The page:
Santas everywhere may find both their gift bags and their wallets a little heavier now that Wal-Mart (NYSE:WMT) has taken to slashing prices for the holiday season.

No, I'm not suggesting that you fill the stockings of your kids and grandchildren with $4 generic pharmaceuticals. I am talking about Wal-Mart's latest announcement that it is rolling back prices on many popular toys and games.

Wal-Mart already slashed prices on consumer electronics and small appliances earlier this month. Now it is turning its attention to thinner markups on its playthings just as we head into the critical toy-selling holiday season.

Digging into the price cuts
Wal-Mart has historically worked off meager gross margins to begin with, as it prefers to sell at attractive price points and make it up in volume. The prospect of an even cheaper Wal-Mart shopping experience is tantalizing even to folks like me, who would rather pay marginally more at a Target (NYSE:TGT) than cross the path of a friendly Wal-Mart greeter.

However, I wanted to see if the toy rollback pricing was as generous as advertised, so I decided to compare a few items at Wal-Mart against the online storefronts of Target, (NASDAQ:AMZN), and Toys "R" Us (TRU).






I Can Play Piano






Wishing Fairy Dora






Monopoly Here and Now






Yes, Wal-Mart's got some pretty sweet deals, though it bears noting that many of the original prices were on the high end relative to the same item being stocked at rival stores.

Single out a random toy, like the technologically advanced Roboreptile that Wal-Mart is promoting on its toy-store landing website, and you see a $98.72 price tag -- not much cheaper than the $99.99 the same item will run you at Target or Toys "R" Us. In a welcome surprise, Amazon is the one that has its peers beat on that item with its $89.99 price.

And it is indeed a "welcome surprise," since just scouring through since Toys "R" Us left to launch its standalone site, I'm concerned for the online retailing behemoth. Its prices often appear to be on the high end, and availability can be spotty.

With the online toy merchants promoting free or highly subsidized shipping rates, this may be the ideal shopping season to cherry-pick and place your Internet orders through several storefronts.

Shopping tip for investors
What's that? You're an Ebenezer Scrooge at heart and have no intention of buying toys over the holidays? In that case, this is still an important event to monitor as an investor. I've read reports that claim that Target has more pricing flexibility here, because it can make up selling loss leaders in toys and electronics and in higher-margin clothing sales. Target's got that "cheap chic" thing going for it, and Wal-Mart apparel rarely gets high marks from thrifty fashionistas.

That's an incomplete assumption, though, because Wal-Mart has economies of scale and a lean infrastructure working in its favor. If the 2006 holiday shopping season does in fact turn into a full-blown price war, my money would be on Wal-Mart to be the one able to hold its breath underwater for the longest time.

This doesn't mean that Wal-Mart is the place to park your portfolio. If everyone is committed to razor-thin margins, even Wal-Mart's knack for turning over its inventory like a tornado funnel cloud may not be enough to provide the kind of growth that shareholders have been accustomed to in the past. As it stands, analysts expect the world's largest retailer to post just a 9.5% improvement in earnings per share over the critical holiday quarter. That's sequential deterioration from the 10.5% bottom-line growth that Wal-Mart posted for its October quarter yesterday and the annualized 13% growth rate that analysts are expecting out of the company over the next five years.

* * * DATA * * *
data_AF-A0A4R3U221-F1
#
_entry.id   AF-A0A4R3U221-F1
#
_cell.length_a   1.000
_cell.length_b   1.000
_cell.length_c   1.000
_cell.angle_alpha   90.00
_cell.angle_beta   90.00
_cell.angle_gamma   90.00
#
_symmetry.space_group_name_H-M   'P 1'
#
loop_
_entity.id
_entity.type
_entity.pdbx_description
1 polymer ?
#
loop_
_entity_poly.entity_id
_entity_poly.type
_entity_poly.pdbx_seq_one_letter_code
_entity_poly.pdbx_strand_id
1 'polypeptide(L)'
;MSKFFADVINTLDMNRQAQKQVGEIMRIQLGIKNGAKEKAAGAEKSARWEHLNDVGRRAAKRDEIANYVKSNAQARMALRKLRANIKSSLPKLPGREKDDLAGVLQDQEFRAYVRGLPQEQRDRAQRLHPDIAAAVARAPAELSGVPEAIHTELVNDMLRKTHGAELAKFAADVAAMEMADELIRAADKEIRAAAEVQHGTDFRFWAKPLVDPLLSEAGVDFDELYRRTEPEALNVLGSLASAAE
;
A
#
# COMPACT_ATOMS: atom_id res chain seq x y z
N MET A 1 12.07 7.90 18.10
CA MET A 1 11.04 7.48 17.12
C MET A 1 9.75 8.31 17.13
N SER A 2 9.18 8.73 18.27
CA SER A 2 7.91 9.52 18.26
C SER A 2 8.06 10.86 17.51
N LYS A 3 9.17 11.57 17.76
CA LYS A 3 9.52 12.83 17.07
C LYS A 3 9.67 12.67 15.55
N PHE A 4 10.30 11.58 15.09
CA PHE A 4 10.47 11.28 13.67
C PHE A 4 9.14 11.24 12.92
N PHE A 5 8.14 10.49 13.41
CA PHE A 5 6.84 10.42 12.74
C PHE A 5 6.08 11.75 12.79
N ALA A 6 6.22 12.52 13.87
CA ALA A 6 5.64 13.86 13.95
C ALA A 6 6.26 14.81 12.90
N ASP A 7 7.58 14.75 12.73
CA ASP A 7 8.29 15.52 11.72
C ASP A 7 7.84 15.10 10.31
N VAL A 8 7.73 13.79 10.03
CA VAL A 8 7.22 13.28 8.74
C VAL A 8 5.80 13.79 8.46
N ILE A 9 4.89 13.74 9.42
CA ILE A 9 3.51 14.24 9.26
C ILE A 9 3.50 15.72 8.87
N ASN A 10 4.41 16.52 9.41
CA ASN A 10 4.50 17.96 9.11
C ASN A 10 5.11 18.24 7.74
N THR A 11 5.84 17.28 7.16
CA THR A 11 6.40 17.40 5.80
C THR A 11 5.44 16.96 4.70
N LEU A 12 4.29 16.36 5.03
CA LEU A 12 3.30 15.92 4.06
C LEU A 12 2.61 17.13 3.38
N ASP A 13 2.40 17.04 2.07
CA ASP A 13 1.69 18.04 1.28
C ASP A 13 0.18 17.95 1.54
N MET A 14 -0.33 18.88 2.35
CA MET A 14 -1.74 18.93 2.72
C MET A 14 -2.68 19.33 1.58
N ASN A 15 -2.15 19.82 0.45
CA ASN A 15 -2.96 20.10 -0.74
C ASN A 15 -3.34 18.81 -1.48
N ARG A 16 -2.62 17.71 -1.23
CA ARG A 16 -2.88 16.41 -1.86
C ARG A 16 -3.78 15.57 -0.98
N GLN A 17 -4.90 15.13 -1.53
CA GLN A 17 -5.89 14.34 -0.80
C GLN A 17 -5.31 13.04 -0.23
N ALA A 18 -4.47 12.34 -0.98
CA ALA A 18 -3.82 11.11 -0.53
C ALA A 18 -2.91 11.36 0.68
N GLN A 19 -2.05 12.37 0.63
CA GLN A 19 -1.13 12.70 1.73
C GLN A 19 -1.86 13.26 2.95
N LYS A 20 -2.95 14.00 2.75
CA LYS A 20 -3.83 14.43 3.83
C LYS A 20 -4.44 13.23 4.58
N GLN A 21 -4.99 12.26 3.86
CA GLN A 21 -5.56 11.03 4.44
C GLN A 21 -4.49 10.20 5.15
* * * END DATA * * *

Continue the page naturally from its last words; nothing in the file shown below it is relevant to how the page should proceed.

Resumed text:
Wal-Mart's stock is currently priced at 15 times next fiscal year's profitability. That's certainly not pricey, given Wal-Mart's consistent production, but it's not as big a bargain as picking up the new updated Monopoly board game from Hasbro (NYSE:HAS) for just 15 bucks.

Cheaper toys mean cheaper toy stocks?
Speaking of "Here and Now," will the pricing war on toys that is taking place "here and now" hurt toymakers like Hasbro and Mattel (NYSE:MAT) later? Even if it's retailers bearing the brunt of this season's price cuts, we can't dismiss reality here. Toymakers have been making inroads into selling directly to consumers, and those prices will get pinched.

We also have behemoths like Wal-Mart that exert a great deal of pricing pressure on their suppliers. The company is the country's top toy retailer -- it overtook Toys "R" Us several years ago. If it dictates lower prices and the consumers perceive a lower value on playthings, margins will be tested at the toymaker level.

Does that mean that all of these lower prices will ultimately unleash the Grinch on related industries? We can hope not. Discount retailing and toy manufacturing are defensive industries that are built to last. However, keep an eye on the trends here, as things may get rocky.

Don't look a gift rocking horse in the mouth, but do look around for the price tag. and Hasbro have been recommended to Motley Fool Stock Advisor newsletter subscribers. Wal-Mart and Mattel have been singled out as Inside Value stock picks.

Longtime Fool contributor Rick Munarriz has probably spent more at Wal-Mart's online store than at its offline empire in recent years. He does not own shares in any of the companies in this story. He is also part of the Rule Breakers newsletter research team, seeking out tomorrow's ultimate growth stocks a day early. T he Fool has a disclosure policy.